Musings on Nature

Social Lessons from Vampire Bats

Vampire bats are accurately named, as they come out at night and drink the blood of sleeping animals.  Nevertheless, they are somewhat charming, once you get to know them.  In fact, the common vampire bat is one of the few animals known to share food; the others include wild dogs, hyenas, and chimpanzees.

Food sharing is a rare behavior because it would, in most cases, decrease an animal’s evolutionary fitness.  Fitness describes an individual’s genetic contribution to future generations, and so it is entirely dependent on an organism’s ability to survive and reproduce.  Taking care of offspring increases the parents’ fitness, but sharing food with neighbors would be more likely to reduce it.  Such detrimental behavior simply would not be preserved through natural selection.  But as with most things in nature, there are exceptions to the rule.

Vampire bats are one exception; sharing meals directly supports their survival and fitness. On any given night, when vampire bats go out to feed, 7-30% of them don’t manage to eat.  If a bat fails to feed for two nights in a row, it will die.  If a bat misses a second meal, however, a neighboring bat will regurgitate its own meal for it, keeping the hungry bat alive.  The sharing bat is more vulnerable to hunger now, but it is less vulnerable than the receiving bat.  And, should the first bat miss a second meal, it can expect help from another bat.

Whether or not food sharing in vampire bats is “pure altruism,” i.e., a completely selfless act, is debatable, since everybody benefits.  But who cares if it is completely selfless?  What could be better than a situation in which everybody benefits?  This brings us to our first social lesson from vampire bats: being kind pays off.  George Washington Carver put it well: “How far you go in life depends on your being tender with the young, compassionate with the aged, sympathetic with the striving and tolerant of the weak and strong. Because someday in your life you will have been all of these.”

The second lesson we can take away from the bat’s behavior is that the relative magnitude of a generous act works favorably for both parties.  In the case of a starving bat, the giver helps out at some cost to itself, but the meal means life or death to the second bat. Thus, it is beneficial for members of society to share, especially when you can expect to be repaid at a later date, and especially since your help costs you so little.  We make choices about how we treat each other every day.  When it costs you little, but would mean the world to someone else, you have found an opportunity to be generous like a vampire bat. Take it.

For a detailed description of the vampire bat food-sharing  behavior, see Wilkinson’s article at:

To learn more about vampire bat feeding behavior and to read about the possible medical uses of vampire bat saliva, check out this blog post:

For more information about bats and their conservation, visit Bat Conservation International’s website at:


Wilkinson, Gerald S. 1990. Food Sharing in Vampire Bats.  Scientific American 262:2, p. 64-70.



  1. Kathleen Devine

    I can not truly comment on you writing skills. However, your scientific literacy needs to come out more. There has to be a reason for the adaptation of the vampire bats regurgitation to share food with another. Evolution has very specific adaptation of animals for continuation of the species. I was quite taken back by your words: “Who cares”. The animals that you compared the bats to chimpanzees, hyena, dogs live in social units. Humans do too. My reaction to your article is that you have unearthed an adaptation that appears to be “humane” and something the humans could do well to follow. I think you were on a good line of research and need to expand on it as to why do animals that are highly evolved at social units do food sharing. For example, what events in the past might have cause a severe lack of food, that this behavior might have overcome. I hope you take this in the best light as you asked for feedback.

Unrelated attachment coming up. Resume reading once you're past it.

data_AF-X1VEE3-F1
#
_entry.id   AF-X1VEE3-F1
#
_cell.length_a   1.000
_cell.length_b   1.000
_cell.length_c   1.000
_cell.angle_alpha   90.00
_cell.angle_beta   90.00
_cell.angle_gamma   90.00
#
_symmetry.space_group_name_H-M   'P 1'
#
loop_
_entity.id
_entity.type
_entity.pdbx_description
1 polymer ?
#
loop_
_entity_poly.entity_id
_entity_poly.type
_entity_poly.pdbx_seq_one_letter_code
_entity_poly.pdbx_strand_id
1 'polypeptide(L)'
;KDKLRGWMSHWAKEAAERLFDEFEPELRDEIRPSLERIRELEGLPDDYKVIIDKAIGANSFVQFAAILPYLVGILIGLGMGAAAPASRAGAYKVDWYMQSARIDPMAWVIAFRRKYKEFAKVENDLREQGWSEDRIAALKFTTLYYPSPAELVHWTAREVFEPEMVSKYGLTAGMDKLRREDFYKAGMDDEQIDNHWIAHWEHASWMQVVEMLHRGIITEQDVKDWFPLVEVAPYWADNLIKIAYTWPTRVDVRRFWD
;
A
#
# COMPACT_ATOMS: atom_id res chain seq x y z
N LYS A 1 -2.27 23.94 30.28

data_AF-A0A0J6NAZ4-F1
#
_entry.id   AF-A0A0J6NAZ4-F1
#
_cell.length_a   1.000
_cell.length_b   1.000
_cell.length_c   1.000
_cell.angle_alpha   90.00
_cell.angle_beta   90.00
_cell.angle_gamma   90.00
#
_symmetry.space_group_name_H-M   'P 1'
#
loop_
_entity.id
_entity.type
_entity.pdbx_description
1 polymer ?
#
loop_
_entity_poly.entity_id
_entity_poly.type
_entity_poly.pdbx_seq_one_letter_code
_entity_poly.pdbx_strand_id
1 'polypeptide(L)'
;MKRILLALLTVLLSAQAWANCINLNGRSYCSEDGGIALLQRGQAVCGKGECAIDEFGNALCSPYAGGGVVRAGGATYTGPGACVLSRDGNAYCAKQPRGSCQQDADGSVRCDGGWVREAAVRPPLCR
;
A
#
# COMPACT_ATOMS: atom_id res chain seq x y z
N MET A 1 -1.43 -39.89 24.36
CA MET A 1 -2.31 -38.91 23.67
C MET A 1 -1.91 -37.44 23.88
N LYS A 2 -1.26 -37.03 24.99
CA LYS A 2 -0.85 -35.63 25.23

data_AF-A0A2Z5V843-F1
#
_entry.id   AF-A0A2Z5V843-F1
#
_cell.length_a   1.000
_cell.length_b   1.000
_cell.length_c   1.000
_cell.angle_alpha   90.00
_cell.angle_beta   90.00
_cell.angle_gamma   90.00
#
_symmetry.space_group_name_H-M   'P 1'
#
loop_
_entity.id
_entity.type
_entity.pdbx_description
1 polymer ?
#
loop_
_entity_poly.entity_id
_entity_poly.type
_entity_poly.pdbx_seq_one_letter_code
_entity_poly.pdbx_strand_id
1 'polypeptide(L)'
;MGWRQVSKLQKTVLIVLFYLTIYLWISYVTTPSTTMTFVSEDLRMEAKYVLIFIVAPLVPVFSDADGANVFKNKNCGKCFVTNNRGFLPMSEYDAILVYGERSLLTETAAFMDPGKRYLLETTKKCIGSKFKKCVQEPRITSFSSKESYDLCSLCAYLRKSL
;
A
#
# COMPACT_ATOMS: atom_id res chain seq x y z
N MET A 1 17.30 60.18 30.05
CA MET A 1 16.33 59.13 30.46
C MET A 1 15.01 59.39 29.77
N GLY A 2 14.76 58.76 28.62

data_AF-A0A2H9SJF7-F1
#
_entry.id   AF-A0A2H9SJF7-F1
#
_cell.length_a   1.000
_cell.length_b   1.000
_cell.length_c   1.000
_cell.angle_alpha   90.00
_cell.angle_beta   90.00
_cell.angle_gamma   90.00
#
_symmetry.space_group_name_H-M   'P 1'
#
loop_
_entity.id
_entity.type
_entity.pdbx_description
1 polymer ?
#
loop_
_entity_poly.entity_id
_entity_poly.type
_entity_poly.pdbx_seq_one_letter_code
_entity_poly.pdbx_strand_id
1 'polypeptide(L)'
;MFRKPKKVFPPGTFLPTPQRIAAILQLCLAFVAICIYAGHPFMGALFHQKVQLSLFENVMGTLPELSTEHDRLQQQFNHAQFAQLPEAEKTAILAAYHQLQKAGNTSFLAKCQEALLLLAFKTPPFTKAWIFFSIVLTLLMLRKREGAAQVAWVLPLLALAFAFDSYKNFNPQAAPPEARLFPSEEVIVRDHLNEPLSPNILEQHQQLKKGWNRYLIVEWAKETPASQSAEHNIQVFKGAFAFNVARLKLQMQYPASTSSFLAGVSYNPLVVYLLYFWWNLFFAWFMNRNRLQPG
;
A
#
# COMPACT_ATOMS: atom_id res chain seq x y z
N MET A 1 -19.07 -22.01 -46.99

Kathleen Devine

  2. I found your article quite interesting, and it is well to learn lessons from nature. I think the conclusions should have made the link between the bat behaviour and human behaviour a little stronger, and that would have tied the article up a little neater. Just my humble opinion, since you asked. All in all, I quite liked the article!

  3. Sarah Starr Murphy


    I thought this was very well written and insightful. I enjoyed the way you tried to blend animal behavior with a human take-away. My favorite naturalists write like that. Keep up the good work, I always enjoy your writing.

    • Emily;
      thanks for posting this; I look forward to reading more insights on nature. Also, from tonight forward, I’ll be sharing my blood meals with at least two students.

  4. Rey L. Agosto Foundation

    To whom it may concern: Hello People. Searching and pleased to’d found this subject. I love nature. In my teenager years attended Job Corp’s-Then Dept Of The Interior-next to Niagra Falls. Here’s maybe a comparison from the many of others but maybe the best. Bats are truly amazing: have you ever watched them when they take flight and manuever all at once in the thousands of them? INCREDIBLE! “Birds Fly But Bats Truly Fly.” I write today because I’ve learned of a Nano-Bat which sleeps for I believe 8-months under cryogenic (below-zero) conditions: in other words, these bats pulse lowers soo low that it may seem that it’s dead but yet only sleeping. What is the latest on this marvelous creature? Especially cause of climate change, and cryogenic research regarding these bat’s genetic structure-what’s their scientific name? I’ll be joining the group. “

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